(1/44) Hormone replacement therapy and risk of epithelial ovarian cancer.

It has been suggested that oestrogen replacement therapy is associated with risk of epithelial ovarian cancer of the endometrioid type. Using data from an Australian population-based case-control study, the relation between unopposed oestrogen replacement therapy and epithelial ovarian cancer, both overall and according to histological type, was examined. A total of 793 eligible incident cases of epithelial ovarian cancer diagnosed from 1990 to 1993 among women living in Queensland, New South Wales and Victoria were identified. These were compared with 855 eligible female controls selected at random from the electoral roll, stratified by age and geographic region. Trained interviewers administered standard questionnaires to obtain detailed reproductive and contraceptive histories, as well as details about hormone replacement therapy and pelvic operations. No clear associations were observed between use of hormone replacement therapy overall and risk of ovarian cancer. Unopposed oestrogen replacement therapy was, however, associated with a significant increase in risk of endometrioid or clear cell epithelial ovarian tumours (odds ratio (OR) 2.56; 95% confidence interval (CI) 1.32-4.94). In addition, the risk associated with oestrogen replacement therapy was much larger in women with an intact genital tract (OR 3.00; 95% CI 1.54-5.85) than in those with a history of either hysterectomy or tubal ligation. Post-menopausal oestrogen replacement therapy may, therefore, be a risk factor associated with endometrioid and clear cell tumours in particular. Additionally, the risk may be increased predominantly in women with an intact genital tract. These associations could reflect a possible role of endometriosis in the development of endometrioid or clear cell ovarian tumours.  (+info)

(2/44) Primary mesenteric malignant mixed mesodermal (mullerian) tumor with neuroendocrine differentiation.

Extragenital malignant mixed mesodermal (mullerian) tumors (MMMT) are rare neoplasms, with but 24 well documented cases in the literature. Neuroendocrine differentiation in mixed mullerian neoplasms has been mentioned only anecdotally. We report on the clinical, pathological, and immunohistochemical features of a hitherto-undescribed extragenital MMMT with prominent neuroendocrine differentiation arising from the jejunal mesentery. This lesion was composed of a poorly differentiated epithelial component and a spindle cell component with heterologous (rhabdomyoblastic) differentiation. The bulk of the tumor consisted of small cell neuroendocrine carcinoma, which exhibited strong immunoreactivity for NSE, LEU-7, chromogranin A and synaptophysin. Electronmicroscopy confirmed the presence of neurosecretory dense-core granules. The primary mesenteric origin of the tumor was established at autopsy. Along with a brief review of previously reported extragenital MMMT some histogenetic concepts relevant to this case are discussed.  (+info)

(3/44) Well-differentiated endometrial adenocarcinomas and poorly differentiated mixed mullerian tumors have altered ER and PR isoform expression.

Both the estrogen receptor (ER) and the progesterone receptor (PR) have two subtypes: ER-alpha and beta, and PR-A and -B, respectively. These subtypes differ in function and expression, and recent reports have correlated changes in the normal proportions of these isoforms with neoplastic states. We investigated ER and PR isoform expression in normal pre- and post-menopausal endometrium, well-differentiated endometrial adenocarcinoma, and poorly differentiated malignant mixed mullerian tumors (MMMTs). Semi-quantitative RT-PCR and immunoblotting were used to measure receptor mRNA and protein expression. Estrogen receptor-alpha/beta mRNA ratios were significantly higher in postmenopausal (27.3) compared to premenopausal endometrium (4.9) mainly as a result of lower ER-beta expression in the former. Compared to age-matched postmenopausal controls, the ER-alpha/beta ratio was reduced in both grade I adenocarcinoma and MMMT specimens (3.3 and 6.8, respectively), due to a selective loss of ER-alpha. The relative abundance of PR-A and PR-B mRNA remained unchanged between all tissue subtypes. Total PR protein, however, was significantly reduced in MMMTs compared to all other groups. Thus, sex steroid receptor expression is significantly and differentially altered in well-differentiated and poorly-differentiated endometrial cancers. Both cancers exhibit decreased ER-alpha expression and the MMMTs also demonstrate a significant loss of PR protein.  (+info)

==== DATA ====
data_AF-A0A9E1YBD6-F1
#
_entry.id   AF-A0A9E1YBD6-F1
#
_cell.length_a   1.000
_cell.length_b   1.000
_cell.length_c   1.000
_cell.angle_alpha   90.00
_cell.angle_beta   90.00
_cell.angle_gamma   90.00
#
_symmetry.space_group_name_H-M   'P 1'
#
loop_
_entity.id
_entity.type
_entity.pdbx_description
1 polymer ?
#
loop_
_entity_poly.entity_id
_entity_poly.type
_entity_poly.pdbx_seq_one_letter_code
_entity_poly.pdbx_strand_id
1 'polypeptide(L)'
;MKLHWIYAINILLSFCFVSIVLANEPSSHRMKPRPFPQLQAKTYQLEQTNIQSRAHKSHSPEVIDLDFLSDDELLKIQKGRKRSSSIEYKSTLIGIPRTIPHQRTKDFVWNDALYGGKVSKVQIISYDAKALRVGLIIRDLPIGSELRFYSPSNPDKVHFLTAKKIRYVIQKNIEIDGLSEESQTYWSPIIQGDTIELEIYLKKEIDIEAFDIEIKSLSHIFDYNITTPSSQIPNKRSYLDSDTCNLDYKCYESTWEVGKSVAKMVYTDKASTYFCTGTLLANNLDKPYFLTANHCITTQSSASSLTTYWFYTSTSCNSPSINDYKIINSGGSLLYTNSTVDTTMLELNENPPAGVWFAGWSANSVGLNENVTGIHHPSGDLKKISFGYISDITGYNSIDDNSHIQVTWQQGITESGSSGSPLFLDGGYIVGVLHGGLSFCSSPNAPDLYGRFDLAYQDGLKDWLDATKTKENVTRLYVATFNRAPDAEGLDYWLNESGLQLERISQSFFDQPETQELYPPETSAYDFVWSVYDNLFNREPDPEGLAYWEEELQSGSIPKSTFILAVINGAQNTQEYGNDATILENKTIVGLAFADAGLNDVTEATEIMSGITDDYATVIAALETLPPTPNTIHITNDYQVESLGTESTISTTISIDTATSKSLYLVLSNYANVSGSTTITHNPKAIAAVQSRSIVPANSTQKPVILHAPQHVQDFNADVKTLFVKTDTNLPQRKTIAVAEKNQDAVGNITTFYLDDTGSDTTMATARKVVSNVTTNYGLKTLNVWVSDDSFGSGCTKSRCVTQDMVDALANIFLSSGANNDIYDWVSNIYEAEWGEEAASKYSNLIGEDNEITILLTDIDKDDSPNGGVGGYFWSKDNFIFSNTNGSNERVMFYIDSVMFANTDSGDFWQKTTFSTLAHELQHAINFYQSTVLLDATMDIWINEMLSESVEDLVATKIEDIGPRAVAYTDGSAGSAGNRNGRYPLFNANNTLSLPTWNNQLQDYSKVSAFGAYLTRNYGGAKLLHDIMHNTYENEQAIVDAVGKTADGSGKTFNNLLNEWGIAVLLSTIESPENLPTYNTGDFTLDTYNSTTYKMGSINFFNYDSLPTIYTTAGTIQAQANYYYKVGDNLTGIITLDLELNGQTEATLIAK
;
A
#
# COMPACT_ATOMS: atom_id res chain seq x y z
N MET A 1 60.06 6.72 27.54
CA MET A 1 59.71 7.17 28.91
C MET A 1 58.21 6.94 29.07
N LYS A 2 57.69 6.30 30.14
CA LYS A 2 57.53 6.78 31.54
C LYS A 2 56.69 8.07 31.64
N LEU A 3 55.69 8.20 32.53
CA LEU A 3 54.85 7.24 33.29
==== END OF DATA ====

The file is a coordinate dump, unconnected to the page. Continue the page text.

(4/44) A phase I dose-finding study of a combination of pegylated liposomal doxorubicin (Doxil), carboplatin and paclitaxel in ovarian cancer.

Standard chemotherapy for advanced epithelial ovarian cancer is a combination of platinum-paclitaxel. One strategy to improve the outcome for patients is to add other agents to standard therapy. Doxil is active in relapsed disease and has a response rate of 25% in platinum-resistant relapsed disease. A dose finding study of doxil-carboplatin-paclitaxel was therefore undertaken in women receiving first-line therapy. Thirty-one women with epithelial ovarian cancer or mixed Mullerian tumours of the ovary were enrolled. The doses of carboplatin, paclitaxel and doxil were as follows: carboplatin AUC 5 and 6; paclitaxel, 135 and 175 mg m(-2); doxil 20, 30, 40 and 50 mg m(-2). Schedules examined included treatment cycles of 21 and 28 days, and an alternating schedule of carboplatin-paclitaxel (q 21) with doxil being administered every other course (q 42). The dose-limiting toxicities were found to be neutropenia, stomatitis and palmar plantar syndrome and the maximum tolerated dose was defined as; carboplatin AUC 5, paclitaxel 175 mg m(-2) and doxil 30 mg m(-2) q 21. Reducing the paclitaxel dose to 135 mg m(-2) did not allow the doxil dose to be increased. Delivering doxil on alternate cycles at doses of 40 and 50 mg m(-2) also resulted in dose-limiting toxicities. The recommended doses for phase II/III trials are carboplatin AUC 6, paclitaxel 175 mg m(-2), doxil 30 mg m(-2) q 28 or carboplatin AUC 5, paclitaxel 175 mg m(-2), doxil 20 mg m(-2) q 21. Grade 3/4 haematologic toxicity was common at the recommended phase II doses but was short lived and not clinically important and non-haematologic toxicities were generally mild and consisted of nausea, paraesthesiae, stomatitis and palmar plantar syndrome.  (+info)